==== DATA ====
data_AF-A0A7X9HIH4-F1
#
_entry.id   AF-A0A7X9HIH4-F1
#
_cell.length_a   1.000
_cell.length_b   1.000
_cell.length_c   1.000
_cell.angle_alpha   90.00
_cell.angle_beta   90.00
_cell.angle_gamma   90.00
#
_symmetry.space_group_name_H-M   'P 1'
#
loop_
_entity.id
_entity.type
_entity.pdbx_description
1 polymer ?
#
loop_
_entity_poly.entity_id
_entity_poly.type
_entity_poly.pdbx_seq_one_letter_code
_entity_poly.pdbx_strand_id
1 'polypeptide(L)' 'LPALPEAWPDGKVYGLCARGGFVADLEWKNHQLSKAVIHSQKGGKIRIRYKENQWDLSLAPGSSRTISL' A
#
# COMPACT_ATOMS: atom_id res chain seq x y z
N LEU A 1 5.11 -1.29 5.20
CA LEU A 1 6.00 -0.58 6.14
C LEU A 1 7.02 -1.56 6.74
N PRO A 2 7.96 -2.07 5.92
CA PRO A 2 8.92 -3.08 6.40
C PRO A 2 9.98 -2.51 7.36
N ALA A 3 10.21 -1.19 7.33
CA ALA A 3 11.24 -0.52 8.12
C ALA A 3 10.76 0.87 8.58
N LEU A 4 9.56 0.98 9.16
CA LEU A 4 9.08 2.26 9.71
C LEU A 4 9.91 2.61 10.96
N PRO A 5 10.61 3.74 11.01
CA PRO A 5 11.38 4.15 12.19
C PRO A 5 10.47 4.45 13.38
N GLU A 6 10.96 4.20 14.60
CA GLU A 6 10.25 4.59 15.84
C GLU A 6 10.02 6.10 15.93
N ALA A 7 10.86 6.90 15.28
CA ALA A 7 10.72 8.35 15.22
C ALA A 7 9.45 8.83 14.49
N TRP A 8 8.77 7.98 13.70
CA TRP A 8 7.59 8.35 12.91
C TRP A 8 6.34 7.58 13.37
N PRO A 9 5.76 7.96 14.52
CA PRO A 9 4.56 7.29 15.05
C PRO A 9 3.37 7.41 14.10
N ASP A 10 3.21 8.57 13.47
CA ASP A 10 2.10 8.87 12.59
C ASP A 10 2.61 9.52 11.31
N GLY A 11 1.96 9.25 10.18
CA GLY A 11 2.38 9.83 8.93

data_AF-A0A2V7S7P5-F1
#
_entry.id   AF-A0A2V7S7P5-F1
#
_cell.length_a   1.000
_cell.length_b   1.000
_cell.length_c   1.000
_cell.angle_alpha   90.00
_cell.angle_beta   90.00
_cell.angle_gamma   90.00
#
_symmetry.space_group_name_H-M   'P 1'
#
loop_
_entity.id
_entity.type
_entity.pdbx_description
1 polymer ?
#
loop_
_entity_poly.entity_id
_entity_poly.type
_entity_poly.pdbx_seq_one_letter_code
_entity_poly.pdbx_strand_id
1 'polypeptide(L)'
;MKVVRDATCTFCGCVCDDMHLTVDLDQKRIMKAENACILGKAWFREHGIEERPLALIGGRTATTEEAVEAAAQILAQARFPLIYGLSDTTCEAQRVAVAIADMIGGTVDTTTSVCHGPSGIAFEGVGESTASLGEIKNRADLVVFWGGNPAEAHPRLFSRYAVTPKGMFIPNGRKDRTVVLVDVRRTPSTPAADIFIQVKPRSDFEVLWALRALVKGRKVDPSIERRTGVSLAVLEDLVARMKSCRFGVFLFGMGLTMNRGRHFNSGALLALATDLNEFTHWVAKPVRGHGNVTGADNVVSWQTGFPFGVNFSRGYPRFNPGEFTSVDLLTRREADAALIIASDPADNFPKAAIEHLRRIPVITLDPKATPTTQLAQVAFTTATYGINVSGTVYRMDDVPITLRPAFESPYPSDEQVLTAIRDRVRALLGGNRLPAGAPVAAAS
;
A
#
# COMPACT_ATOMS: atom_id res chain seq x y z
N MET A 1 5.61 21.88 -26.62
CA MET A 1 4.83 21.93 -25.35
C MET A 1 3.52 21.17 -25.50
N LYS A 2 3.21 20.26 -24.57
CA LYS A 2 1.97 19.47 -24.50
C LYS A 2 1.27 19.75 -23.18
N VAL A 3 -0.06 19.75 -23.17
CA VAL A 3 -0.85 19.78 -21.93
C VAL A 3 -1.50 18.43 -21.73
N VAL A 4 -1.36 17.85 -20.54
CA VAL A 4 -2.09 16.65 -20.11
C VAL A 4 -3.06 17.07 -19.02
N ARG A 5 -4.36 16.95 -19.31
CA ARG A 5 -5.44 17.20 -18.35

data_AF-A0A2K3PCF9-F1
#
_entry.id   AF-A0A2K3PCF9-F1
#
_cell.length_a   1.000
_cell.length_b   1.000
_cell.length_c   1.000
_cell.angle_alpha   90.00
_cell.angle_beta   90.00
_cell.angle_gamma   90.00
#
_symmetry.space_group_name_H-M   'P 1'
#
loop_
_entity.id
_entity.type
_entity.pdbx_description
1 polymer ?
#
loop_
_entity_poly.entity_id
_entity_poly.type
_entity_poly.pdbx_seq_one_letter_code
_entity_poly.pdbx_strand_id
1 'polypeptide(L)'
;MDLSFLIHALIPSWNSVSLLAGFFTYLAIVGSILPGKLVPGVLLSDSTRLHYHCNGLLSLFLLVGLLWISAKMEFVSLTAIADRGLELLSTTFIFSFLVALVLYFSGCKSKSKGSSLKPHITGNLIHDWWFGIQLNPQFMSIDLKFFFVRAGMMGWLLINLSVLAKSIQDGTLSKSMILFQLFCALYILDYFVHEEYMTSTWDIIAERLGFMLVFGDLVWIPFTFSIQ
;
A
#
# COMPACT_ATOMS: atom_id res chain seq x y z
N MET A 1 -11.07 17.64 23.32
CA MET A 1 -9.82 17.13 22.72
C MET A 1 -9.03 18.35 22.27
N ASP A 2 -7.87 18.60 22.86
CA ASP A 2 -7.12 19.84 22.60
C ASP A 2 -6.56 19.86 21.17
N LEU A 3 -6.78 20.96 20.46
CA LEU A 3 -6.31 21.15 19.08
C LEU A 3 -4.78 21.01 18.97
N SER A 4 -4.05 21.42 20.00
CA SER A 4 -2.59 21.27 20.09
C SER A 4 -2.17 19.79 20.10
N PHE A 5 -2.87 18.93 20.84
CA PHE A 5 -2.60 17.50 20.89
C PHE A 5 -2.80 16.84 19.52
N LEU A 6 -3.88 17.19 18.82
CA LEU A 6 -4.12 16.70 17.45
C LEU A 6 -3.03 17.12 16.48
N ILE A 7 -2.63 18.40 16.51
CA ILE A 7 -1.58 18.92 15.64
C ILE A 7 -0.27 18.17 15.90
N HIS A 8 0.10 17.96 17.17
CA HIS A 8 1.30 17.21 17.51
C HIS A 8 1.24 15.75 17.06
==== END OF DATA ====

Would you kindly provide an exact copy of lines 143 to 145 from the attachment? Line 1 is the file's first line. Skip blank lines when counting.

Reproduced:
N SER A 4 -4.05 21.42 20.00
CA SER A 4 -2.59 21.27 20.09
C SER A 4 -2.17 19.79 20.10